ScarcityRelease Date: 07/15/2022
There’s a real sense of loss on Brooklyn experimental black metalists Scarcity’s debut album Aveilut, an inescapable presence of the realities of death.
Multi-instrumentalist Brendon Randall-Myers (conductor of the Glenn Branca Ensemble since Branca’s passing) wrote “Aveilut” while processing the sudden deaths of two people close to him, tracked it while caught in Beijing’s first lockdown of 2020, and finished it while surrounded by the overwhelming plague visuals of New York’s early COVID peak. Back in Brooklyn, vocalist Doug Moore (of Pyrrhon, Weeping Sores, Glorious Depravity, and Seputus) soon found himself in the midst of an equally bleak lockdown experience — living next to a funeral home when New York City was America’s COVID epicenter. From conception through development, tangible death surrounded Aveilut.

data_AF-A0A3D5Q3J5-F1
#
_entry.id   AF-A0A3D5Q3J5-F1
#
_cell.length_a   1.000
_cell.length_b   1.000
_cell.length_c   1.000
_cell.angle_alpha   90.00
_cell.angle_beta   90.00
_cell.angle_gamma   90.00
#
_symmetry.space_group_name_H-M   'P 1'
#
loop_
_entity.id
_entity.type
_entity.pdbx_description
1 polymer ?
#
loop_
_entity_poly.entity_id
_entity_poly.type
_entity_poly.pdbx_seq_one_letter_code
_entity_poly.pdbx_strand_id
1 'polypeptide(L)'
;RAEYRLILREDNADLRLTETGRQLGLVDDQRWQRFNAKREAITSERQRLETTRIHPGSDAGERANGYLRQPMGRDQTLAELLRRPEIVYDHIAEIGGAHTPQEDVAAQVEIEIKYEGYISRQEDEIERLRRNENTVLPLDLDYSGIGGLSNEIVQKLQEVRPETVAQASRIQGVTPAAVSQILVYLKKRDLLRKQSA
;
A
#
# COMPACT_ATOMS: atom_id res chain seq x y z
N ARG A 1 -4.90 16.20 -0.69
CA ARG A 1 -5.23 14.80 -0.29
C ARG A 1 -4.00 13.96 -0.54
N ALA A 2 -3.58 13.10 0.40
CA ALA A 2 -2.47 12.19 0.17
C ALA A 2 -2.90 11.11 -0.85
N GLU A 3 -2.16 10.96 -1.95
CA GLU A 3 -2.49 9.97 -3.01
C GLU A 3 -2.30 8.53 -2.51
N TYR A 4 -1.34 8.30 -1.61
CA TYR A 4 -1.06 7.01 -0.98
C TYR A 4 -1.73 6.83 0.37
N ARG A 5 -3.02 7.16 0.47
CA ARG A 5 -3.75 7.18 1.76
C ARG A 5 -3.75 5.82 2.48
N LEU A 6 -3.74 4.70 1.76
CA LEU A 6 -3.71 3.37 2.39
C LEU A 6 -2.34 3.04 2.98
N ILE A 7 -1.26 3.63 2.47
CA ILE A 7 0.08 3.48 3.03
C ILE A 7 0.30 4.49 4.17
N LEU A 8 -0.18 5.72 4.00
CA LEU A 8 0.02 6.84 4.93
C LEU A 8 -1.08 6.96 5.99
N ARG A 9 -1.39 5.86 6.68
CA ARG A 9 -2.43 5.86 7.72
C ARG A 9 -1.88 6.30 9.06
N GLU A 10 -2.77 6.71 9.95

The result of such a profound closeness with death is the grief-stricken Aveilut, which takes its name from the Hebrew word for mourning. 72-note octaves, alternate tunings, psychoacoustic phenomena and macro-phrases embody the hugeness of loss, the inexplicable space of death’s void that Randall-Myers faced both on a personal and existential scale. Together with Moore’s gripping vocal delivery and stark lyrics, the album takes the form of a hyperobject, an entity with such vastness and reach that it’s difficult for the human mind to comprehend.
Consisting of one 45-minute composition, the music is black metal roughly in the vein of Jute Gyte, Krallice, Mare Cognitum, and Ehnahre – with hefty doses of post-Branca microtonal guitar abuse, and a cinematic scope that draws on Randall-Myers’ work with orchestras. Aveilut’s mathematical abstraction and lyrical focus on the greatness of the void breed raw emotion, attempting to represent a catastrophe, the vastness and inevitability of things outside our control; as well as a direct expression of grief, a kind of requiem. Though born of Randall-Myers and Moore’s intense intimacy with absence, Aveilut is an attempt to present a harrowing universal representation of death’s true form.
- I (7:45)
- II (10:43)
- III (5:14)
- IV (8:02)
- V (13:16)